EghtesadOnline: Iran is yet to fully regain its status in the global banking industry following the implementation of the 2015 nuclear deal that provided sanctions relief, and in case of Sweden, it hopes that joint ventures in the auto industry would prove a turning point.
On Wednesday, a host of high-level officials with the Central Bank of Iran met with their counterparts in Tehran to discuss ways of improving banking relations, the official website of CBI reported.
"The participation of Swedish truck manufacturing companies in the megaproject of renewing Iran's fleet can mark the resumption of correspondent banking relations between the two countries," CBI Governor Valiollah Seif told Stefan Ingves, governor of Sveriges Riksbank, the central bank of Sweden.
"Renewal and development of Iran's fleet has the capacity of about €5 billion in investments during the next three years and if the Swedish side finances this project, it would also open the way for banking links in addition to developing bilateral business cooperation," Financial Tribune quoted him as saying.
Renewing Iran's truck fleet is part of a bigger fleet renewal plan envisioned by the administration of President Hassan Rouhani to reduce air pollution and fuel consumption. Scania and Volvo, two major Swedish manufacturers, are involved in the plan.
Volvo Trucks has made its comeback to Iran through a joint venture deal with SAIPA Diesel, a subsidiary of SAIPA that produces heavy and light vehicles. The Gothenburg-company and the Iranian automaker have a three-decade history of collaboration.
Scania has been one of the few international heavy vehicle manufacturers that did not walk away when Iran was slapped with sanctions and continues its collaboration by delivering trucks to Iran.
During his meeting with Ingves, the CBI chief outlined the achievements of Iran's economy in the past few years, predicted a 4% GDP growth rate for the current year, pointed out that CBI is actively pursuing massive banking reforms and referred to reviving dead assets as one of the most important future goals of the monetary regulator.
"Fortunately, conforming Iranian banks with the International Financial Reporting Standards, and anti-money laundering and combating the financing of terrorism efforts are underway," Seif said.
The CBI chief pointed out that Iran's standing with the Financial Action Task Force has improved and said Iran remains hopeful of normalizing its status. He added that the country will strive to reduce its risk rating by another notch to reach 4.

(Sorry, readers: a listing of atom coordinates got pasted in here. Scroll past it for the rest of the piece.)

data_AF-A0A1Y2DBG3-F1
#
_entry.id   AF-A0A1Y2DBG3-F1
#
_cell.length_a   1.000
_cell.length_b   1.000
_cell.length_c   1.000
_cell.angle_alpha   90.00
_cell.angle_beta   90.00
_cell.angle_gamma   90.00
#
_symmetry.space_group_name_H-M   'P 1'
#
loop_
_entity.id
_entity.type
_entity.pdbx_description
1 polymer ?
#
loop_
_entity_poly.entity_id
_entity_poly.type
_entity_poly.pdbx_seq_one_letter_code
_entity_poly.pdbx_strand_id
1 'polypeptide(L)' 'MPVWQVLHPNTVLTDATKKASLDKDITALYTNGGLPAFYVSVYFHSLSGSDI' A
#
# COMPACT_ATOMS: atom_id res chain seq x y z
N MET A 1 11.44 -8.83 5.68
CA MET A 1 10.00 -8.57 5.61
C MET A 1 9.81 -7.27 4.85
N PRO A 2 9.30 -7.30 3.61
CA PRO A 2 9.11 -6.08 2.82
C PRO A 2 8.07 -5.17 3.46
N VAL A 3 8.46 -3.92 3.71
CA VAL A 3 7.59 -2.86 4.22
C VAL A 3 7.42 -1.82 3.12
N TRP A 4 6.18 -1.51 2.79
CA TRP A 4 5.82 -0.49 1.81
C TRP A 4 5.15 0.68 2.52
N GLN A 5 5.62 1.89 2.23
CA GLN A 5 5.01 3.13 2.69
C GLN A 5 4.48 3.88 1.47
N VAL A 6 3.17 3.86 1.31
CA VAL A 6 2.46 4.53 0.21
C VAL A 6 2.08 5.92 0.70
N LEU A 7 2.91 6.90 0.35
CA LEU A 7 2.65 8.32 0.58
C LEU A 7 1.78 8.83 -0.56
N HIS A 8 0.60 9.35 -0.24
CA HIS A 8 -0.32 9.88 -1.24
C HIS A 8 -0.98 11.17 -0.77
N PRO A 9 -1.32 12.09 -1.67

The intergovernmental organization in charge of setting global standards on AML/CFT in its latest plenary meeting in February decided to renew the suspension of countermeasures until its next meeting in June. The Organization for Economic Cooperation and Development upgraded Iran's risk rating from 6 to 5 in January.
Seif invited the Swedish Bankers' Association to visit Iran and negotiate with Iranian banks to expand banking ties.
Iranian Banks' Progress
Ingves reportedly referred to his delegation's negotiations with Iranian banking executives as positive and hoped that they will strengthen banking ties.
"The path on which Iran's banking system is moving is correct and Iran's banks have taken positive steps in complying with modern banking standards and I hope they will also be successful in executing them," he said.
The Swedish banker said stability, economic growth and adhering to international regulations and standards are prerequisites for interacting and doing business with the world and added that Sweden is ready to cooperate with Iran in terms of transferring banking know-how concerning monetary and financial stability, organizing workplaces and standardizing monetary regulations.
In another meeting at CBI attended by Iranian banking executives, Ingves recommended that Iran increase its supervision on banks, reform the structure of its state-owned lenders and implement a managed floating foreign exchange system after unifying its current dual rate system.
The central banker referred to the 2008 Great Recession and Sweden's own experience in overcoming a national crisis when the Swedish National Debt Office began issuing treasury bonds, Sweden's Ministry of Finance supported credit institutions by issuing guarantees and injecting capital and the Sveriges Riksbank focused on establishing stability.
"A key issue in crisis management is to restore and empower public trust. However, the best crisis management is to present the solutions for preventing a crisis," he said.